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Atmospheric Disturbances (a novel excerpt)

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November 15, 2007

Leo believes his wife has been replaced by an exact lookalike, who happens to have brought home a dog unannounced.

13. We exchange words, not pleasures

The dog lover did not take it well that night over dinner—a heap of lentils and bacon and spinach with a facedown sunny-side-up egg on top, I’d always loved our messy pile-on meals—when I said that I’d be leaving for an indefinite length of time. She asked me why I was leaving; I said because something had changed and I just needed to get away. She asked what did I mean by leaving and I realized I didn’t quite know so I decided to be cautious and say that I was taking a personal vacation. Those phrases, something has changed, just need to get away, personal vacation, were not really my words but TV words, movie words, pollen in the air. Not even aliens from within me, but aliens from without. More luggage. She: leaning on an elbow, holding her fork aloft and still, with nothing on it, asking, What did I mean by “changed”? Me saying I wasn’t quite sure what I meant, that I hadn’t found words for it yet. She: asking, Where, exactly, was I going? Me telling her that as nice a person as she seemed to be I didn’t really feel comfortable telling her. “Not yet,” I clarified. “But maybe never.”

She pressed the empty tines of her fork against her bottom lip. Then she set her fork down. She was very sober, and very calm, very unlike Rema.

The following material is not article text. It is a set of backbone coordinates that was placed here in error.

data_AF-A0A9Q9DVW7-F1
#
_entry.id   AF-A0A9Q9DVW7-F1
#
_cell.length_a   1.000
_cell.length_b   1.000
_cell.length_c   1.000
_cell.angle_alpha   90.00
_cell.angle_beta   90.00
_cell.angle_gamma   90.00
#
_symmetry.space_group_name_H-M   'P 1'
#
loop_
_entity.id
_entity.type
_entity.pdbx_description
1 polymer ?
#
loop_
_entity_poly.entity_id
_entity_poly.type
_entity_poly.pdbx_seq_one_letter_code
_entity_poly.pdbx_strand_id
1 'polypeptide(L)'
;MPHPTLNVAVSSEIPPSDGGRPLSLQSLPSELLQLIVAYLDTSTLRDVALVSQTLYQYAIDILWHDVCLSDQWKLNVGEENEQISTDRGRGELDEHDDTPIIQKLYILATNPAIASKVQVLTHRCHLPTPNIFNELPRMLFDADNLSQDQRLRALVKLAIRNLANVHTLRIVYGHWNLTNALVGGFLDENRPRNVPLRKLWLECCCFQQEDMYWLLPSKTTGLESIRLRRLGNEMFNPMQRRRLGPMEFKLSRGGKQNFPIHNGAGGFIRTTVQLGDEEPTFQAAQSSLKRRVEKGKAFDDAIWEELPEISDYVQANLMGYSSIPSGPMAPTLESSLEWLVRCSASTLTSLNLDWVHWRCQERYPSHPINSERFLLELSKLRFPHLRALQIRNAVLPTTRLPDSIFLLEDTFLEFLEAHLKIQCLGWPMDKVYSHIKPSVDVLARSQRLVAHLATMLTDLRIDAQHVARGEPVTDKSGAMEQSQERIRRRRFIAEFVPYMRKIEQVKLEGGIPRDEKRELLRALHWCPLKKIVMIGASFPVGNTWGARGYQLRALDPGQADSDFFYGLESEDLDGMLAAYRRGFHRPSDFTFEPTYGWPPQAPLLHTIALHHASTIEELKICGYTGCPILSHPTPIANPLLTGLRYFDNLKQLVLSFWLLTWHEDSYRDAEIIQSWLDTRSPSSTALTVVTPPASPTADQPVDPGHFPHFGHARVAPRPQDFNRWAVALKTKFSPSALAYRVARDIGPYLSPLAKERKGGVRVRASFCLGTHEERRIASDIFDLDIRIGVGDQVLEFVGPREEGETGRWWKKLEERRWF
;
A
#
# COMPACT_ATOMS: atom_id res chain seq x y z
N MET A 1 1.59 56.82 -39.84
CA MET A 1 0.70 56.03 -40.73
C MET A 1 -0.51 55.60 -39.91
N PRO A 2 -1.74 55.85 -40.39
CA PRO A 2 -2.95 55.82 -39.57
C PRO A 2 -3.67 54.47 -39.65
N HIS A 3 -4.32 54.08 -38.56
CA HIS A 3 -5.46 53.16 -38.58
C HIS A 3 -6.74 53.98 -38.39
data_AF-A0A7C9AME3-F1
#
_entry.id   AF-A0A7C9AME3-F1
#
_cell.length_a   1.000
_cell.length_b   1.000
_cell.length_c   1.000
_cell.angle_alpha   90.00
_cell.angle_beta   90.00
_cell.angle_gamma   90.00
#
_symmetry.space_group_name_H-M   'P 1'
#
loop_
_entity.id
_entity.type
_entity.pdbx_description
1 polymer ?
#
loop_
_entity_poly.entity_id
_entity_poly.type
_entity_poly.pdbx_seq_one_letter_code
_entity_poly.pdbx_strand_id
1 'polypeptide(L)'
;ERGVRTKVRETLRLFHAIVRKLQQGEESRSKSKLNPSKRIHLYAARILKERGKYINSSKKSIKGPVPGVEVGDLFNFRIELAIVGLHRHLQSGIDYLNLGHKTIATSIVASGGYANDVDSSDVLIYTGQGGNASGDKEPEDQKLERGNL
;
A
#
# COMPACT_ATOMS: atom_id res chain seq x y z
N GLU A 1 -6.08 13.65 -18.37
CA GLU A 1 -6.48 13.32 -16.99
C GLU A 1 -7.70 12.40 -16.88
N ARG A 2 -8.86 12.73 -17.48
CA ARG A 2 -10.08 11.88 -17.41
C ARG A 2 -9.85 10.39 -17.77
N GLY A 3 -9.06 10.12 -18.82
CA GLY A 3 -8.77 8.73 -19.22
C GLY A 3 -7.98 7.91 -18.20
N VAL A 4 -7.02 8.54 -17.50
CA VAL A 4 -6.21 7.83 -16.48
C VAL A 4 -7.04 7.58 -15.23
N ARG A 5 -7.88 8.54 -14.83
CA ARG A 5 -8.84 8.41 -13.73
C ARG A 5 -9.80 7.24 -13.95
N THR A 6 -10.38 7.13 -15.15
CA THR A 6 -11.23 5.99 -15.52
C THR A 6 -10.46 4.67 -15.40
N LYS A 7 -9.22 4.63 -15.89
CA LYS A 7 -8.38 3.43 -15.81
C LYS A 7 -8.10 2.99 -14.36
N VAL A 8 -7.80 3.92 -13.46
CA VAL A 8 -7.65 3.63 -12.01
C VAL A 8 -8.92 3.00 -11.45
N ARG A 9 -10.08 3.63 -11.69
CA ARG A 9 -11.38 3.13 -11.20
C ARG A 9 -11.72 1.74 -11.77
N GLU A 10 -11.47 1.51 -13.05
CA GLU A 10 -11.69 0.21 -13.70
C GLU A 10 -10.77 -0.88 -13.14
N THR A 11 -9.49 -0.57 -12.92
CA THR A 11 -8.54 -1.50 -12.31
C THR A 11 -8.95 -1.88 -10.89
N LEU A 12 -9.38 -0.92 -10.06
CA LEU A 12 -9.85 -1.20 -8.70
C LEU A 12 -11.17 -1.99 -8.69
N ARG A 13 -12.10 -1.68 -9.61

“Are you seeing someone?” she then asked, which struck me as funny, because there are so few people in the world that I like even a little bit.

I may have cracked a nervous smile. I shook my head no.

“Are you playing a joke?” she asked.

Again I shook my head.

“Is this related to, are you relating to, um, yesterday?” she asked.

“I don’t think so,” I said, which was as honest an answer as I knew.

“Or Harvey?”

“I don’t think so,” I said again.

“I don’t understand,” she said, putting down her fork, which, touching the plate, sounded a gentle reverberating ting like a creeping chill. Her tines then disappeared into the lentils.

“I don’t understand either,” I said, and I also put down my fork, as a gesture of respect, even though I was still hungry, and even a little bit happy, since I had a kind of plan. I could almost see the pulley system—something made of thick gray rope and metal coated over with a chipping white paint—by which my life’s getting better would make this other Rema’s life worse, and just having that thought moved the ropes back against me, for her.

We were quiet for a little while. I looked at her and then when I saw her look at me I looked back away, down at my plate. The lentil dish we were eating that night was made with tarragon, which I always forget smells like licorice until I close my eyes and ask myself why I have an image of myself laying under a patchwork quilt and coughing. I wonder if Rema, or her doppelganger for that matter, experiences silence (or tarragon) the same way I do; for me silence is like a humid swelling of scents, origin-less clicks, phantom elbow pains, a puff of air near the eyes, a sense of grass pushing up through the earth somewhere, or everywhere at once. I’ve never asked Rema about this.

The simulacrum scooted her chair back, went to sit on the sofa; the russet dog joined her. “You are trying,” she said, not actually looking at me, “to make me say I love you and beg you to sleep with me, but I am not here to perform for you, you can go through your preoccupations on your own and talk to me on the other side of them.”